Stop the GATE madness

By Dr. Kwame Nantambu
August 10, 2016

Dr. Kwame NantambuThe recent policy decision by the People’s National Movement Government to revamp the Government Assistance for Tertiary Expenses (GATE) programme is indeed a most welcomed and long overdue move.

The fact of the matter is that adult citizens of this country both under and over 50 years of age have been abusing and dismembering this State funded programme for years.

As someone who has been involved in tertiary education in the country for over ten years, I can provide prima facie evidence/proof of that afore-mentioned conclusion. The stark reality is that as per my grade report sheets of many years , the record shows/reveals that there were some students who had taken my course titled “Caribbean Studies” once, twice and even three times, period.

Sometimes, I wondered why students even venture to turn up and sit the final exam. Their answer(s) was/were a total disaster and as their lecturer, I had to endure the pain of grading their supreme nonsense. I had NO other choice but to suffer peacefully through that exercise.

The stark reality is that Trinbagonians both under and over 50 years of age are and have been spoiled/accustomed to too much freeness from the State, period. This writer is firmly convinced that if those students who repeatedly failed my course had to pay out of their own pockets, as in salary, every time there is a repeat; or in other words, if the tuition cost was immediately deducted from their salary, then, none of that repeat free nonsense would exist.

As long as the money does not and did not affect, as in lessen, their personal disposable income, these Trinbagonians both under and over 50 years of age just did not care, period.

In addition, this writer would feel safe in guesstimating that over 85 per cent or more of these ‘lucky’ students do not come from households whose monthly income lies between $10,000 to $20,000. These are NOT poor student/people. They are NOT among the “least of these” in our society. That must be clearly understood. They are NOT among the “have-nots” in our society. They are the “haves.”

These ‘lucky’ students are well-paid public servants, teachers, law enforcement employees, private sector employees, etc. They are NOT catching hell, 24-7-365, period. They are de jure members of the middle-class, well-off people. And to prove/validate this factual reality, this writer is publicly advising the Minister of Education that when the tertiary education semester starts in early September 2016, that he should send internal auditors/advisors to monitor and count the exact number of cars in the parking lot, for example, of Cipriani College of Labour and Continuing Studies, between 7 p.m. -8 p.m. when these ‘lucky’ students are in class. The same must be done at other tertiary educational institutions who receive taxpayers money via GATE. Enough is enough. This Trinbago academic tertiary chupidness, as in madness, must stop NOW, period.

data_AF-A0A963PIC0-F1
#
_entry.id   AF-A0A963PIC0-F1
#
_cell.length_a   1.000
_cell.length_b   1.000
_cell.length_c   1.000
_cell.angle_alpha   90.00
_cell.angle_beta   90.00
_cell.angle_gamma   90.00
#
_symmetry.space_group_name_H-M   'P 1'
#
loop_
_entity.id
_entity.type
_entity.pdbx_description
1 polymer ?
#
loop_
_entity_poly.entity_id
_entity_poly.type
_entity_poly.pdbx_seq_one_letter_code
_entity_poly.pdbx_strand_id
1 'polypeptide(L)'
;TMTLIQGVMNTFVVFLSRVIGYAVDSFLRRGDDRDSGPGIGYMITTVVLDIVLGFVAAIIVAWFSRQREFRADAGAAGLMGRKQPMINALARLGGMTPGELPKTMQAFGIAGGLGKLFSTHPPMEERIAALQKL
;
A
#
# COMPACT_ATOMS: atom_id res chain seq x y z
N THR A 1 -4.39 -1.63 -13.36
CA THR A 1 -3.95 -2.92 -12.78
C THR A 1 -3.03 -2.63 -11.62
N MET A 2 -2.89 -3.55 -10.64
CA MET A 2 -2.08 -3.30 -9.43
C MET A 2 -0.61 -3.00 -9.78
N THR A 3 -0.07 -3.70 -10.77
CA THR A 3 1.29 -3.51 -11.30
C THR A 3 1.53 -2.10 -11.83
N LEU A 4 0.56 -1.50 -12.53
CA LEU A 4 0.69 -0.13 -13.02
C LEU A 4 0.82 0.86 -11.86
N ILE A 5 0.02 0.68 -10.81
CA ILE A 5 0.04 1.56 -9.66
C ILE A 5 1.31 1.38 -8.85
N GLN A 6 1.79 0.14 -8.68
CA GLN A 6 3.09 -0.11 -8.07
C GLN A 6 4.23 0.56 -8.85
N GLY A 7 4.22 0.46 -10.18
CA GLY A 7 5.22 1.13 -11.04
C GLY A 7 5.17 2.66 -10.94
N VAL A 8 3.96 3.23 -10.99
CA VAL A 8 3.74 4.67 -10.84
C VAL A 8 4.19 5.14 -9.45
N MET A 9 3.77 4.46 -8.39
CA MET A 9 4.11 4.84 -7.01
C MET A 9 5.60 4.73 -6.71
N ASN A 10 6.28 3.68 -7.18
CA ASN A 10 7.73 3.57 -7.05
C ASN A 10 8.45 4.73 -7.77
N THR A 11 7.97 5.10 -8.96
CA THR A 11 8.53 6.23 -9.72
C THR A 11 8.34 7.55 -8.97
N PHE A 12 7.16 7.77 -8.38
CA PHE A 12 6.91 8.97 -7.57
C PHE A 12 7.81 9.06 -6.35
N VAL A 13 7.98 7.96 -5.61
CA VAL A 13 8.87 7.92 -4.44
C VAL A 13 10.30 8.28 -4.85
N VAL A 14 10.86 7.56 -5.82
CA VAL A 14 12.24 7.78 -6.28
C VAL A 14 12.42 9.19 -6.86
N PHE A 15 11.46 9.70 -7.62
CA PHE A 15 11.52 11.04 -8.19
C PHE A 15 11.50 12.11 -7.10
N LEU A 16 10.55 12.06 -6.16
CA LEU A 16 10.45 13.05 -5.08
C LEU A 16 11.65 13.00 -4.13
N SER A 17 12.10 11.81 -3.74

The stark reality is that 95.99 per cent of students, as in adults, both under and over 50 years of age in tertiary education DRIVE to attend class after leaving their full-time, well-paid job. That’s a fact. This writer would not dare to indicate the model of car these students/adults drive, except to emphasize that they are NOT a poor person’s vehicle, period.

The fact of the matter is that NO employee in the URP, CEPEP or OJT State-sponsored/funded programmes could afford to drive the cars these ‘lucky’ students/adults drive—at least per legal means.

At this juncture, I would like to sincerely “thank” all of those students who voluntarily gave me a ride either into Port-of-Spain to catch a taxi to get home or who dropped me off in my front door after class. “Thank you.”

However, the time has finally come for everyone to bite the harsh economic bullet. Reality check is on, big time. This tertiary education freeness must stop and it must stop NOW, period.

Now is the time for all Trinbagonians to clearly understand/realize that when the GATE programme was introduced by the then Patrick Manning (may he rest in eternal peace) government in 2004, money was no problem. Today, however, money is the problem. Ipso facto, revamping GATE is the only solution, period.

Indeed, this writer must hasten to bring to the fore that Trinbagonians both under and over 50 years of age are more than willing to pay from their salary $3,000 to $5,000 and counting to buy a bikini-clad costume to wear on carnival days. Why, because they have got the additional expendable disposable income by not paying for their tertiary education. Let the government pick up the slack. Now, because of the global financial/economic hard, albeit uncertain times, this same government is forced to say to the citizens of this country: “My fellow citizens, we all must pick up the slack.” That’s it. No more mass in yuh mass!

As usual, Trinbagonians would rank and rage (and some will agree) at and with this new policy decision but as the academic dust clears, everyone would come to the sane conclusion that revamping the GATE program was indeed necessary/vital to maximize the public good and the public purse.

In the final analysis, the public policy decision to revamp the GATE programme was the modus operandi of “government of the people, by the people and for the people” at its zenith.

Shem Hotep (“I go in Peace’).